The Siege and Capture of Ratisbon during the Napoleonic Wars, 20 - 23 April 1809

Baroque Church Mariä Himmelfahrt, built 1726, in Dechbetten near Ratisbon

Regensburg on the Danube, or Ratisbonne in French, was occupied by Baron de Coutaud's 65th Ligne on 19th April 1809, with orders to defend the strategic bridge over the Danube. The 65th repulsed several Austrian attacks on the 20th, but the unit was eventually compelled to surrender when the ammunition had run out. The following day a battle developed at Eckmühl, south of Ratisbon, and the intact bridge over the Danube provided the Austrian forces an alternate route of retreat.

The battle at Eckmühl resumed on the 22nd of April, resulting in a French victory. Austrian troops south of the Danube were evacuated during the night via the Ratisbon bridge. Six battalions of infantry were left in Ratisbon to delay the French pursuit. The following day, Bavarian artillery breached the city wall near the Straubing gate, and assault parties from Marbot's division eventually carried the position. However, before the main bridge could be secured, it was blown up by the Austrians.

Opposing Forces

  • Emperor Napoleon
  • Maréchal Lannes
  • 1st Division, III Corps (Morand)
  • 3rd Division, III Corps (Gudin)
  • Württemberg Corps (Vandamme)
  • 1st Heavy Cavalry Div. (Nansouty)
  • 2nd Heavy Cav. Div. (Saint Sulpice)
  • Bavarian Corps (Lefebvre)
  • Austrian (Archduke Charles)

Regensburg

Street in the historic part of Regensburg

Street in the historic part of Regensburg

Narrow side street in the historic part of Regensburg

Narrow side street in the historic part of Regensburg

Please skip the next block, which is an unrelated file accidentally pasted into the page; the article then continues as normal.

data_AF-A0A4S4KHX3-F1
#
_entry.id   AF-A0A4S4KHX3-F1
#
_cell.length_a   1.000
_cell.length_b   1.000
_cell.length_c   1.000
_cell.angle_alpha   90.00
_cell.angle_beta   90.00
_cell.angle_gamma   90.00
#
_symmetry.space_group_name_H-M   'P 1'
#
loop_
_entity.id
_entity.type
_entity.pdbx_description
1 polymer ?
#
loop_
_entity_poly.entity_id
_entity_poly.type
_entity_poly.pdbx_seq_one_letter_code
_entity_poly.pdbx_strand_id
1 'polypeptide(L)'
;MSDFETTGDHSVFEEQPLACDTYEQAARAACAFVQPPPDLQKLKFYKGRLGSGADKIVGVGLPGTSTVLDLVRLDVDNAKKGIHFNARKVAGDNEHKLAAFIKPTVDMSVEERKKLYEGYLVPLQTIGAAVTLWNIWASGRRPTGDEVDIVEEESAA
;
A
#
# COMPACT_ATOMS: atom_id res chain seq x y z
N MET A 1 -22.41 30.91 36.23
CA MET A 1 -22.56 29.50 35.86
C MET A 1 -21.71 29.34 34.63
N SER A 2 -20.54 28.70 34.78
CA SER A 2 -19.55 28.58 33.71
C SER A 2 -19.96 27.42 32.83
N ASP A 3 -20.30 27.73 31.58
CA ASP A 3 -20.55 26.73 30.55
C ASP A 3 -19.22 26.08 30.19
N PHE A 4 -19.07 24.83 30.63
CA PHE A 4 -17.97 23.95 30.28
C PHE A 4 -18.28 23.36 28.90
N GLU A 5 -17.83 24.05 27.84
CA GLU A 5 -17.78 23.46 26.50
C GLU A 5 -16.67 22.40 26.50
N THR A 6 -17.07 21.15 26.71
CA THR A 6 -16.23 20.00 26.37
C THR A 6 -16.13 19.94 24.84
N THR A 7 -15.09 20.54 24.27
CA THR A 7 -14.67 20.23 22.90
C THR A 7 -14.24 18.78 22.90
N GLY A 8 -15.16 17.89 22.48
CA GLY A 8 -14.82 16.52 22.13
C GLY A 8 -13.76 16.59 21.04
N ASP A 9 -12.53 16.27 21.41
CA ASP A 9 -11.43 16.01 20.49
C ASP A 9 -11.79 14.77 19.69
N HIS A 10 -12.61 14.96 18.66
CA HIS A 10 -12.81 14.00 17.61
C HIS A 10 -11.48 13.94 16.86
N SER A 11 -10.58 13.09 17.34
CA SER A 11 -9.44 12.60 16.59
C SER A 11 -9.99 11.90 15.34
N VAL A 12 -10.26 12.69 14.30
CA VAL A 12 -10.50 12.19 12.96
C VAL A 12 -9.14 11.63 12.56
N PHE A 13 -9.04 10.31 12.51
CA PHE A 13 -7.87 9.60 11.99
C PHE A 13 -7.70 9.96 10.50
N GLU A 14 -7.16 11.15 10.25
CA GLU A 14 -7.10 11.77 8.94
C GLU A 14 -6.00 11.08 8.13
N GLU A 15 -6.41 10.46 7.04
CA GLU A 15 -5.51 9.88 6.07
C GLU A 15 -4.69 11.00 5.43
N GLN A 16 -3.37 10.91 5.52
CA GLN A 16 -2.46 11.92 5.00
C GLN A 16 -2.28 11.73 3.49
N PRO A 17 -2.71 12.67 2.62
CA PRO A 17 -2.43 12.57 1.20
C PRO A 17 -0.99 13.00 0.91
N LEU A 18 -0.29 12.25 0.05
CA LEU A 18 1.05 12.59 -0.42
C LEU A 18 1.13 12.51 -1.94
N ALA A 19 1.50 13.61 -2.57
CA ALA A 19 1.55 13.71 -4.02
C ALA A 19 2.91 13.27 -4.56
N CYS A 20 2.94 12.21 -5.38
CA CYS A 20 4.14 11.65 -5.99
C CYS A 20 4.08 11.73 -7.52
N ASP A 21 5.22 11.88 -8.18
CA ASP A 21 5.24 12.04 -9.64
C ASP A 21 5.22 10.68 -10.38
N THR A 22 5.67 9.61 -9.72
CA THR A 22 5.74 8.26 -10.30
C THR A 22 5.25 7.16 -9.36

same as above, viewed from the opposite end
same as above, viewed from the opposite end
Building with large central gate
Building with large central gate
Building with trompe-l'oeil facade painting

Building with trompe-l'oeil facade painting

Protestant church, detail of the front steps and entrance

Protestant church, detail of the front steps and entrance

Catholic church yard, detail of the front wall, and the smaller of two gates

Catholic church yard, detail of the front wall, and the smaller of two gates

Large building in the government district

Large building in the government district

Baroque church on Ney-Straße

Baroque church on Ney-Straße

Chateau, viewed trough the park belt around it

Chateau, viewed trough the park belt around it

Government building, Regierungsbezirk Oberpfalz
Government building, Regierungsbezirk Oberpfalz
Church at Donaustauf near Regensburg
Church at Donaustauf near Regensburg

It was during the artillery bombardment at Ratisbon that Napoleon was wounded for the first and only time in his military career: a bullet struck the Emperor on the right heel as he was giving instructions to Marshal Lannes. Word of the wounding spread rapidly, and the French army is said to have been on the verge of panic until the Emperor showed himself on horseback.

Frequently Asked Questions

For further information and updates, please join us on facebook or in the Miniatures Forum.

Campaigns of the Napoleonic Wars, 1805–1815